I once again caught myself thinking (as I do ) about my tone. I realized that I've spent a large part of my professional career focused on achieving great tone. I obsess over it, I lie awake thinking about it, indeed many of the products you'll see in our catalogue have been inspired during periods of insomnia. So is it really that important? I could've just said ' Of course it is, don't be stupid you plonka...get on with it', but It's been ingrained in me that there is no knowledge gained without thorough analysis. So i grabbed all of my favourite CD's and started doing some investigation. I went through all the guys that really push my buttons musically. Jeff Baxter (Steely Dan), Stevie Ray, Dave Gregory(XTC), Andy Summers (Police), Niel Finn (Crowded House), Jeff Beck, Robben Ford, Robert Fripp (King Crimson), Wes Montgomery, BB King and Derek Trucks. (There's loads more but these are the guys from the CD's I had at hand.) I went through each track trying to work out what it was that connected with me. Each of these guys has a unique voice, there's no confusing them, and without fail, every single one of them sound fantastic. So i do an experiment. I set up a rig and on purpose I make it sound ordinary. I hook up a bunch of inline buffers (6 in total) from a bunch of pedals into an amp that's desperate for some new valves. So I know that by the time my signal hits the amp, it's already not all it can be, and the amp's not really singing. So how did it sound? Well, it sounded OK, I set up a rhythm loop, hit play and recorded the session to see what I come up with. Listening back, it was fine, nothing amazing but it was OK.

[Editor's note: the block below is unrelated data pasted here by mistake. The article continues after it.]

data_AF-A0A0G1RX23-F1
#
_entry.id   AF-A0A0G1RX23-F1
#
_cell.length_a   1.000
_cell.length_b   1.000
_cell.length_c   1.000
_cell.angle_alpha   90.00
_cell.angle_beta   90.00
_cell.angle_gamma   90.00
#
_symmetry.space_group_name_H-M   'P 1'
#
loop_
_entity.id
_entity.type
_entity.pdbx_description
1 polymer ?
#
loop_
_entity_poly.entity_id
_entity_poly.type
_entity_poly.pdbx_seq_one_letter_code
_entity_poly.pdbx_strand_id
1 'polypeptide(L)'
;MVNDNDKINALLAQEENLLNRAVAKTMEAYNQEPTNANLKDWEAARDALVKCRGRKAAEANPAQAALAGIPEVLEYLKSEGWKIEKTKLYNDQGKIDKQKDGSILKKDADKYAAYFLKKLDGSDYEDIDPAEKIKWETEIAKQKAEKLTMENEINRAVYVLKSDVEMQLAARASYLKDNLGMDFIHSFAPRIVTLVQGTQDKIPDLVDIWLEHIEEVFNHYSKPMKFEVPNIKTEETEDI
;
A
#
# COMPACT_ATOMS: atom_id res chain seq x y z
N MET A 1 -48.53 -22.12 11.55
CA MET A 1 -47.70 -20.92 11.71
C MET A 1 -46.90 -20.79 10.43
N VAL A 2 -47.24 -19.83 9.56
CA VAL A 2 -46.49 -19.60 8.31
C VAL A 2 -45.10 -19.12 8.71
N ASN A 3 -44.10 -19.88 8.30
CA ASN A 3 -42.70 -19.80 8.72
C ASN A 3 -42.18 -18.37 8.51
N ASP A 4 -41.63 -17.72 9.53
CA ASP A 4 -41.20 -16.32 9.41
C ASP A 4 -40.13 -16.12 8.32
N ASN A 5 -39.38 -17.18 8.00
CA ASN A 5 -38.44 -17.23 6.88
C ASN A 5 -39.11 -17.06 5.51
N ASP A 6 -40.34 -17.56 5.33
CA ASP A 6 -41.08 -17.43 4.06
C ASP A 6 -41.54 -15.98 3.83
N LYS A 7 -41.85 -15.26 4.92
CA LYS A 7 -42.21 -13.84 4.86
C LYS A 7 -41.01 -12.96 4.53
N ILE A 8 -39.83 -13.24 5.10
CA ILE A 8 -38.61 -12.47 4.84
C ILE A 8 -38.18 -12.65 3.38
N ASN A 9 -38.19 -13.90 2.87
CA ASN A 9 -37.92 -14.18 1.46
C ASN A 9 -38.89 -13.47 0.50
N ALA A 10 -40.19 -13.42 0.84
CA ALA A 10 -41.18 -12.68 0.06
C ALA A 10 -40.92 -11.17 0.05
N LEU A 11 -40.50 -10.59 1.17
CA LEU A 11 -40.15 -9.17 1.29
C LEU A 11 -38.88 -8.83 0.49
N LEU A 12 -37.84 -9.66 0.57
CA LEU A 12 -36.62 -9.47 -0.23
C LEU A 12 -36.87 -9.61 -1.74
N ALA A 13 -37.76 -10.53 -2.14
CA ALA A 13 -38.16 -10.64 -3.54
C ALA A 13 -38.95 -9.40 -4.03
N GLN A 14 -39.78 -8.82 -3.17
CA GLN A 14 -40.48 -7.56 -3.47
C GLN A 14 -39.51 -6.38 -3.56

Next step was to re-valve my old Vox, set-up my pedal board and try again. I now know that my signal is clean and the amp is sounding really great. I hit record again to see what I come up with this time. It did feel different but listening back I was stunned to hear the way I played. I just seemed so much more connected with what I was doing. The richer harmonics in the sound led me to play different things. It was fascinating. The tone that you use is the vehicle through which your voice is heard. Suddenly my tonal obsessive compulsive disorder doesn't seem so crazy. And the thing is, all these guys knew it as well. Think of the lengths that these guys go to to get their gear sounding right. Even guys like Derek Trucks who plug straight in still experiment loads with speakers and components to make sure that they're squeezing every last drop of tone from the amp. Yes, it's in the fingers and the way that you play, of course it is, but we're not talking acoustic guitars here people. If the tone isn't right, your fingers are going to struggle.
My life has been validated. What a relief.